In the report, the Committee commends central government, local authorities and other partners in the Syrian Vulnerable Persons Resettlement programme for their efforts to date.

However, it finds there is a lack of clarity around responsibilities and entitlements under the programme which could threaten its success in the long-term.

In particular, the Committee is concerned that some councils – which volunteer to participate in the programme – are confused about what they are expected to provide to refugees and exactly how this should be funded.

Some refugees are uncertain about what they are entitled to, and what is expected of them, and it is “not yet clear whether survivors of torture or violence are getting the specialist help they need”.

The Committee calls on the Home Office to regularly review the number of remaining indicative pledges made by councils to resettle refugees.

It should work with those councils to ensure they are able to provide firm offers of support and “more clearly specify what local authorities are expected to provide to refugees to address any current disparities or confusion”.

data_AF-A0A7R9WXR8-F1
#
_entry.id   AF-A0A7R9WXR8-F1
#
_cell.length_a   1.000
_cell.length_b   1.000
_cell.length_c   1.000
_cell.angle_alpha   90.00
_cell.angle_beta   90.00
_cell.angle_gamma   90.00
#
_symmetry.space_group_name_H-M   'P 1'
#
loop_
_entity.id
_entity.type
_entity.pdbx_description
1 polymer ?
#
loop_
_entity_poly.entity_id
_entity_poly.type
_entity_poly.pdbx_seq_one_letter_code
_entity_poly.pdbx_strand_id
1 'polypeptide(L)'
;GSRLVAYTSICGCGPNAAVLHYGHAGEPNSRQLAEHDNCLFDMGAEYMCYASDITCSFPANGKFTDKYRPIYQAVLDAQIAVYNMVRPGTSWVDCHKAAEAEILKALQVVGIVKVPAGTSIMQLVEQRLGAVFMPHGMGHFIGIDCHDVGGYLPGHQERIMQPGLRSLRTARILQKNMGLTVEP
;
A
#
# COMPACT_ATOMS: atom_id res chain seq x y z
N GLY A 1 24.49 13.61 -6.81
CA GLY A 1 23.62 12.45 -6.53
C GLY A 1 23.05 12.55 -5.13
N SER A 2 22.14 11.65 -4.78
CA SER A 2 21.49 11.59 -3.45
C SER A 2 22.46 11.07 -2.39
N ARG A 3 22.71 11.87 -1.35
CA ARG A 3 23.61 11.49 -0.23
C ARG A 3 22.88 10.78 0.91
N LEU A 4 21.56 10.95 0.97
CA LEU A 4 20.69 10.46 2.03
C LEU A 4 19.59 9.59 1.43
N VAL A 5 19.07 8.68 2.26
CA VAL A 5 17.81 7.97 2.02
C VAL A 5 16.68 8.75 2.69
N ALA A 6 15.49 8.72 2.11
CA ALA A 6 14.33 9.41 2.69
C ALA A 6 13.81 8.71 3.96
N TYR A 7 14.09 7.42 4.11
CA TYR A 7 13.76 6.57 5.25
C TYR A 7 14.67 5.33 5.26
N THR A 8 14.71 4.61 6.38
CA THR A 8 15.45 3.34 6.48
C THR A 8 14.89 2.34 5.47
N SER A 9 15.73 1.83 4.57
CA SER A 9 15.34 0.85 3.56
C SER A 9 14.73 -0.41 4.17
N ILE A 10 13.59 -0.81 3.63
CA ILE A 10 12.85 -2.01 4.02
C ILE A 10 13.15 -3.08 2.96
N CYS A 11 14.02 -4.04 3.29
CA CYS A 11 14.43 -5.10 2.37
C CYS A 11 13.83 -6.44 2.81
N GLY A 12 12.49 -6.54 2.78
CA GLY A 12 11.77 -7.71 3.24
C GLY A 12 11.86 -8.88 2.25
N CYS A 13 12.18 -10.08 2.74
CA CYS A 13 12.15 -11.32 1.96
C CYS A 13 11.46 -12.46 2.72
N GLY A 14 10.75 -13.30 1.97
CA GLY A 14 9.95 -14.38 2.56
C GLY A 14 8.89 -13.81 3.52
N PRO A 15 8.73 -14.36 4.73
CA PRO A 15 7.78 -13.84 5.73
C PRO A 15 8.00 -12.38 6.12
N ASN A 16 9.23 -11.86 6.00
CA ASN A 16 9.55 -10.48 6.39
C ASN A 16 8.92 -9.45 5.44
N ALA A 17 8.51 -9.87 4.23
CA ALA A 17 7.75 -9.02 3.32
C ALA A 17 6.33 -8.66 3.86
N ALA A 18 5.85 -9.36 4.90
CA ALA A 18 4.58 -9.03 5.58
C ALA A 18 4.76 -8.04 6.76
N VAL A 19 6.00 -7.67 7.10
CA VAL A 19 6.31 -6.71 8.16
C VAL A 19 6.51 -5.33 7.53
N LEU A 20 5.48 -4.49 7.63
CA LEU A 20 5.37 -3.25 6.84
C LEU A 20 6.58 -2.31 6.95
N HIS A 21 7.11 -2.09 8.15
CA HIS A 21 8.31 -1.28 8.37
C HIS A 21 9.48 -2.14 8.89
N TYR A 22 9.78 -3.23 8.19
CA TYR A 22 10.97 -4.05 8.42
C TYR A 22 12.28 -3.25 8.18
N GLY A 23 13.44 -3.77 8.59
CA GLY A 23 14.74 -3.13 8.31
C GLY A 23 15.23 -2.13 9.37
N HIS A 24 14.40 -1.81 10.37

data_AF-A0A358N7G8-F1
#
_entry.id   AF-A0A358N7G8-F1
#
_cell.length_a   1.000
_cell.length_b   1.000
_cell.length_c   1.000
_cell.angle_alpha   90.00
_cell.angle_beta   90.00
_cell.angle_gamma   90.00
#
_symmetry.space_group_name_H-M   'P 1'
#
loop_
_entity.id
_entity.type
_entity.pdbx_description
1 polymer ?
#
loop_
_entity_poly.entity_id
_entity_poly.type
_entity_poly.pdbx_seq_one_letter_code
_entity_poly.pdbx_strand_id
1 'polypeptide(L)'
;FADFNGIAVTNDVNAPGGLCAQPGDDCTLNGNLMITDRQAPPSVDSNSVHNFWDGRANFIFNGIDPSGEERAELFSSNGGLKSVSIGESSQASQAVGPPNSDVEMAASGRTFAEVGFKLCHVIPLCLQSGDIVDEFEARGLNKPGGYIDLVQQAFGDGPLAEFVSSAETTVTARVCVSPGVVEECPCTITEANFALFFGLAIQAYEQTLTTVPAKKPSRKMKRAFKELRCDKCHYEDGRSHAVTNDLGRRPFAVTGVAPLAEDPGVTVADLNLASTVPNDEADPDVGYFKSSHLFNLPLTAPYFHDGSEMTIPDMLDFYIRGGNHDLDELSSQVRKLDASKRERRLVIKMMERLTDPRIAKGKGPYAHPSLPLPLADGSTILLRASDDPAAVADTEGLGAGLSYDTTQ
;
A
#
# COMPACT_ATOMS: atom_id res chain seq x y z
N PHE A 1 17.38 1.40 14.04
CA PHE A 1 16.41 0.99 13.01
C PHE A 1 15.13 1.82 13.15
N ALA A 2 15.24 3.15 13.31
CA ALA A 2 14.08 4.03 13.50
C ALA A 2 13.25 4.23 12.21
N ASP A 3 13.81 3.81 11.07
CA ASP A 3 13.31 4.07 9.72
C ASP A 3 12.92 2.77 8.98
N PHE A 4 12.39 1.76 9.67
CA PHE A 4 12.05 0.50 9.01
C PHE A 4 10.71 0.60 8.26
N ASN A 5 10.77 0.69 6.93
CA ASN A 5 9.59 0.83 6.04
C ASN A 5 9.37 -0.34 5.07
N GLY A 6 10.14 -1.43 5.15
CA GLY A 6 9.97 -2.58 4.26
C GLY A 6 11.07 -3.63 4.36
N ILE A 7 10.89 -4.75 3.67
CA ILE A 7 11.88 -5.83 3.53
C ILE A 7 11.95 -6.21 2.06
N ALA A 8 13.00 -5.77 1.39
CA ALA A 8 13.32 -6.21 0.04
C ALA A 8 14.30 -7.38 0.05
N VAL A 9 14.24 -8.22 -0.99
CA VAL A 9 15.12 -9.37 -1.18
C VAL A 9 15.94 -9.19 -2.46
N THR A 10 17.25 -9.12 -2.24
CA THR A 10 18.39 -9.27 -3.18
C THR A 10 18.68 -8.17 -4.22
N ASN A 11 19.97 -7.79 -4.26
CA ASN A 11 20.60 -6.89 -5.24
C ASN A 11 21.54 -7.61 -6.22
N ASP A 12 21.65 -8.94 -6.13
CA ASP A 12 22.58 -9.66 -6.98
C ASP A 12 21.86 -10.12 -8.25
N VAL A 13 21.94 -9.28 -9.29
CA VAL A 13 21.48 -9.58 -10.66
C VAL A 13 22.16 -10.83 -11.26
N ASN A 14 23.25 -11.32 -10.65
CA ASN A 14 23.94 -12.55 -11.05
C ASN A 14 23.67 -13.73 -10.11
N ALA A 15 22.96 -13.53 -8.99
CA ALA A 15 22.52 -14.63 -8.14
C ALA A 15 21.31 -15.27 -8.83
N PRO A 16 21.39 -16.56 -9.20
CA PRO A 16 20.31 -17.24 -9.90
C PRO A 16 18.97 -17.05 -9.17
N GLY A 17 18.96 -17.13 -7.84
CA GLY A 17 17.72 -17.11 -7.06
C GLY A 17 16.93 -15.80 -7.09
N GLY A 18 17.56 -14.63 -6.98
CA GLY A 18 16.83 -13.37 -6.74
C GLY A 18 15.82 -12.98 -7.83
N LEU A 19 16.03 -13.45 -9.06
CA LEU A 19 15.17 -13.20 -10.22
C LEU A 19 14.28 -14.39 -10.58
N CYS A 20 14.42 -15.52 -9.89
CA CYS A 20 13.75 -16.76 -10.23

Meg Hillier MP, Chair of the PAC, said:

“Syrians now make up the largest refugee population in the world and the UK is playing its part in helping people who are truly desperate.

While the programme team was right to take a fresh look at the programme last year, more work is needed to make it sustainable in the longer term.

This is a voluntary programme, but one with significant ambition, and it is vital councils’ initial pledges of help translate into firm offers of accommodation, support and services for refugees.

Central government must carefully monitor this process and also be clearer with local authorities, already wrestling with significant financial challenges, about what they are expected to take on.

More must also be done to ensure refugees understand the programme, not least their entitlements and restrictions.

It is a stark fact that more than half of the refugees resettled under the programme by the end of June last year had suffered torture or violence and it is critical that such people receive specialist support.

Our Committee has previously highlighted the shortcomings in access to mental health services and we call on the Government to ensure a plan is in place to properly support refugees in need of them.

It is important to recognise the efforts and achievements of those bodies involved in the early part of this programme, which resettled 1,000 refugees before Christmas 2015. But there is a long way to go.

The programme can only succeed and deliver value for money long-term if the Government is properly able to evaluate its success and adjust its provisions accordingly.

It must set out detailed plans for this now or risk failing those refugees it is intended to support, as well as undermining public perceptions of the programme‚Äôs benefits.”